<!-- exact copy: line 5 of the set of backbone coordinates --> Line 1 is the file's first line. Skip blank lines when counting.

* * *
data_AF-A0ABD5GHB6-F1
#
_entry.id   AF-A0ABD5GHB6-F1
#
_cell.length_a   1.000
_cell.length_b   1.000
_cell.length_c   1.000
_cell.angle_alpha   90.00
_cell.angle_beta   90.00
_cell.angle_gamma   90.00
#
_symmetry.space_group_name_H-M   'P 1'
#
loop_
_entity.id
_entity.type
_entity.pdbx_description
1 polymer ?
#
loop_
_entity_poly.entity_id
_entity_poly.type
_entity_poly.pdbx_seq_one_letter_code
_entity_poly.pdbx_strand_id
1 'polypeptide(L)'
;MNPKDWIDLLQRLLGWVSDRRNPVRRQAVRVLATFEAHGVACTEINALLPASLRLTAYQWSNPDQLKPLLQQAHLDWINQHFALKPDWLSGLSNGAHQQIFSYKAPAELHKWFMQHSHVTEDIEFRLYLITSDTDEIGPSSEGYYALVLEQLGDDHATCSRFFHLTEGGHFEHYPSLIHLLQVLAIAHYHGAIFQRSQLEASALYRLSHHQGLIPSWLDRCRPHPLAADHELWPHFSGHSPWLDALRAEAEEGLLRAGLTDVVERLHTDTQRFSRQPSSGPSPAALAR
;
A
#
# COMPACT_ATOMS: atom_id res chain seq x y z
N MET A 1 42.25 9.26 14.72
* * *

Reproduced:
_cell.length_a   1.000